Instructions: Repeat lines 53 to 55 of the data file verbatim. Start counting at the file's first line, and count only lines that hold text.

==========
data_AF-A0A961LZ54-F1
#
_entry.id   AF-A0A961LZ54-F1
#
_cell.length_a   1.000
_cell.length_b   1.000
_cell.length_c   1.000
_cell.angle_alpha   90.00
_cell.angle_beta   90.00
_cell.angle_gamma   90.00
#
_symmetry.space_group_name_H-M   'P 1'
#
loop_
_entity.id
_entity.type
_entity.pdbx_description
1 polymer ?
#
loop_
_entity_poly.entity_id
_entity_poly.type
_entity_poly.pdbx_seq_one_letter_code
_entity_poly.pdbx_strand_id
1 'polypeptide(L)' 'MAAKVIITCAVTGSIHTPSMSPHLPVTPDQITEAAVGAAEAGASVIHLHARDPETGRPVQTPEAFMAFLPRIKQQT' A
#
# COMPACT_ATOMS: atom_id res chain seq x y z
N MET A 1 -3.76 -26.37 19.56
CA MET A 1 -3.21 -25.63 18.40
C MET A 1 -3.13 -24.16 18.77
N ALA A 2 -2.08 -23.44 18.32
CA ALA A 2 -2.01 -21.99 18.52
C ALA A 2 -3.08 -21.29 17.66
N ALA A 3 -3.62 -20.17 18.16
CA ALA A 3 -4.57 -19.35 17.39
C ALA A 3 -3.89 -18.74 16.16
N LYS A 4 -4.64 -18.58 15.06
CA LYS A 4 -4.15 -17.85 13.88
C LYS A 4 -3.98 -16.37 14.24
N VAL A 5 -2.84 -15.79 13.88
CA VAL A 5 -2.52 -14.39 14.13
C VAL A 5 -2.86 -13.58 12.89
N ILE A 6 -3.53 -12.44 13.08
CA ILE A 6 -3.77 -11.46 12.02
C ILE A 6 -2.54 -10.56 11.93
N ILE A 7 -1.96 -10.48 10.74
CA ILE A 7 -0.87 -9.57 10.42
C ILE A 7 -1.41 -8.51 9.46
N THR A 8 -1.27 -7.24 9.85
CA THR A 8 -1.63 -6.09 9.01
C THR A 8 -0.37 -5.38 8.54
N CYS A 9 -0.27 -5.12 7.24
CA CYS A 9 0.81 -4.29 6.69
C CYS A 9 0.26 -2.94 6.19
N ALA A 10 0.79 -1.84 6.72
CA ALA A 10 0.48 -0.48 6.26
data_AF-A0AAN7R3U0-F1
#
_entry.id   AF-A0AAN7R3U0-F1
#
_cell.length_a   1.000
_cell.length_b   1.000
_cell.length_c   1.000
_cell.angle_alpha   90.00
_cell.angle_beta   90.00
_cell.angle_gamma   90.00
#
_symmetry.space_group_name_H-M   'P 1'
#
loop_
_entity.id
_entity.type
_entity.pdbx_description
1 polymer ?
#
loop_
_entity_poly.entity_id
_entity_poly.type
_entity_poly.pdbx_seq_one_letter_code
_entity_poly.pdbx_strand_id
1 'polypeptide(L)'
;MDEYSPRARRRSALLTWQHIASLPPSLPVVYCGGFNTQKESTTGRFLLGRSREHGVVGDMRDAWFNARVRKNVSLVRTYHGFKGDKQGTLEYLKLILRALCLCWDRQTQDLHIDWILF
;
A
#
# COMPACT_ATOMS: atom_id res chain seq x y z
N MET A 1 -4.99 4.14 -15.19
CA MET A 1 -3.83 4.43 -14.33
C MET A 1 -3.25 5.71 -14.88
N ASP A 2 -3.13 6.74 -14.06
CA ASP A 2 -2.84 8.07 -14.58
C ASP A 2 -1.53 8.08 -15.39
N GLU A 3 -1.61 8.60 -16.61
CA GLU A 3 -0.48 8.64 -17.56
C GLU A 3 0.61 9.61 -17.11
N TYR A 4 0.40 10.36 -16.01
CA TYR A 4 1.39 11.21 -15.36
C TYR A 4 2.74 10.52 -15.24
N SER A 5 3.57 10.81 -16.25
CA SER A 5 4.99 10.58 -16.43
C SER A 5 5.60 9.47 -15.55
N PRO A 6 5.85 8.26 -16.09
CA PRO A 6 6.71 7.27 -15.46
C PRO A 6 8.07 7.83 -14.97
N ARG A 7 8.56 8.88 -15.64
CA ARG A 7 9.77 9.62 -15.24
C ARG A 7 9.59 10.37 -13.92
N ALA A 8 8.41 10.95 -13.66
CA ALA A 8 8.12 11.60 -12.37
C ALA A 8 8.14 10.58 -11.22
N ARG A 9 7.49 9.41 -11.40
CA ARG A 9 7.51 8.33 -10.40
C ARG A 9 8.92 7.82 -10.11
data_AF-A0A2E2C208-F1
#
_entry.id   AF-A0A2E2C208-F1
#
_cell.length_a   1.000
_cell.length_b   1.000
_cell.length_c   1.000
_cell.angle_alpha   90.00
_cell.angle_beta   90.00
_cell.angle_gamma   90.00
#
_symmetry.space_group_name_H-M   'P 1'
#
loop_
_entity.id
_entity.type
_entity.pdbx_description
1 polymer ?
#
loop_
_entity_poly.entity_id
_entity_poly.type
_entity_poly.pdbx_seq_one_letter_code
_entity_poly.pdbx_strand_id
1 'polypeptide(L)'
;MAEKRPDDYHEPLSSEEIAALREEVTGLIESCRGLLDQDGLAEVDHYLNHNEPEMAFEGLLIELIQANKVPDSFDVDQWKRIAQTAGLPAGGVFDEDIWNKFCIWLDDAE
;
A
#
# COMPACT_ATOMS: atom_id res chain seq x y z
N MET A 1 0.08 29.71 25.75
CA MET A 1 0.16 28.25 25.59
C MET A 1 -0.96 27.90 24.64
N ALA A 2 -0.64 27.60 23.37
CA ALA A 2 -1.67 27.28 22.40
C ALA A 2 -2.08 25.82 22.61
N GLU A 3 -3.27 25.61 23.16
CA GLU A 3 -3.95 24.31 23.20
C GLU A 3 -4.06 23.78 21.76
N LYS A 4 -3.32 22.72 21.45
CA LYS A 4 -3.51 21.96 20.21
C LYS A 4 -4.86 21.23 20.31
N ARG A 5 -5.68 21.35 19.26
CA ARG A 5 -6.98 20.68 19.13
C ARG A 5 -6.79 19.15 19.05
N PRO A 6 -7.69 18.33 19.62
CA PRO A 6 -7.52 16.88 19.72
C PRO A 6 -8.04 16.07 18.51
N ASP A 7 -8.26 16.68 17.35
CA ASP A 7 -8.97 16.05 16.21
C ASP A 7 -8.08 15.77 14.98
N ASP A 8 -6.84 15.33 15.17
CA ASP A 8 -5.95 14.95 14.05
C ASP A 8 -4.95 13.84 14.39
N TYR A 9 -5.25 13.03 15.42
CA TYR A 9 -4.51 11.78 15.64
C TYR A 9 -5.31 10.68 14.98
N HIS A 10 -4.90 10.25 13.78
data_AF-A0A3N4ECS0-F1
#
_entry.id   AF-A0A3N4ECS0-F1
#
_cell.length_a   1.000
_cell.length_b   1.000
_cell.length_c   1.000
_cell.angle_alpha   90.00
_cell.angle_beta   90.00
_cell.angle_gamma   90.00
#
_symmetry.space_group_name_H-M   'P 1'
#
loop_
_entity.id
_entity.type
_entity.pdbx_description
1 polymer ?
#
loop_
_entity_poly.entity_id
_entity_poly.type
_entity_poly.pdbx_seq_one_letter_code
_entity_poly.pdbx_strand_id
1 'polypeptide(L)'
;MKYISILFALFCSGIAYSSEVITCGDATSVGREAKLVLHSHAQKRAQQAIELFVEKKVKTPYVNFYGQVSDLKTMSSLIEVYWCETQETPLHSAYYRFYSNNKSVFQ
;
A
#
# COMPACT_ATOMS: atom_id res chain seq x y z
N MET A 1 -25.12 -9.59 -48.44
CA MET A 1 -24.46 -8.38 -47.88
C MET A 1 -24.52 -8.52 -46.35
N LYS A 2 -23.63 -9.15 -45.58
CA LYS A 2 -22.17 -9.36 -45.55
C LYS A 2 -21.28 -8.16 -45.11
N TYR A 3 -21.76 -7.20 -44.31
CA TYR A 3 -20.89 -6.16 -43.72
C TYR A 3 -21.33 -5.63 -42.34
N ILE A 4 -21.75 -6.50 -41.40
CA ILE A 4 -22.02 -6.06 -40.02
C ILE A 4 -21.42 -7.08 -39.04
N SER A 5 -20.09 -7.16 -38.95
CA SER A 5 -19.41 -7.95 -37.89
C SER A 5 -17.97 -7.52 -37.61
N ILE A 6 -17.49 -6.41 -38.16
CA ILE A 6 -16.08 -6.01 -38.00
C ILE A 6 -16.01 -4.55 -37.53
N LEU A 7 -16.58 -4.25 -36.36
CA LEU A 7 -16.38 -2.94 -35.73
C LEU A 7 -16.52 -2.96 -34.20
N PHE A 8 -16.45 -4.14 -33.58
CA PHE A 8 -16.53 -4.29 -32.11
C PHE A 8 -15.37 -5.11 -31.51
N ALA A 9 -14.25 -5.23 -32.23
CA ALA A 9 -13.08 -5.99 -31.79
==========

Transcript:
CA CYS A 9 0.81 -4.29 6.69
C CYS A 9 0.26 -2.94 6.19
N ALA A 10 0.79 -1.84 6.72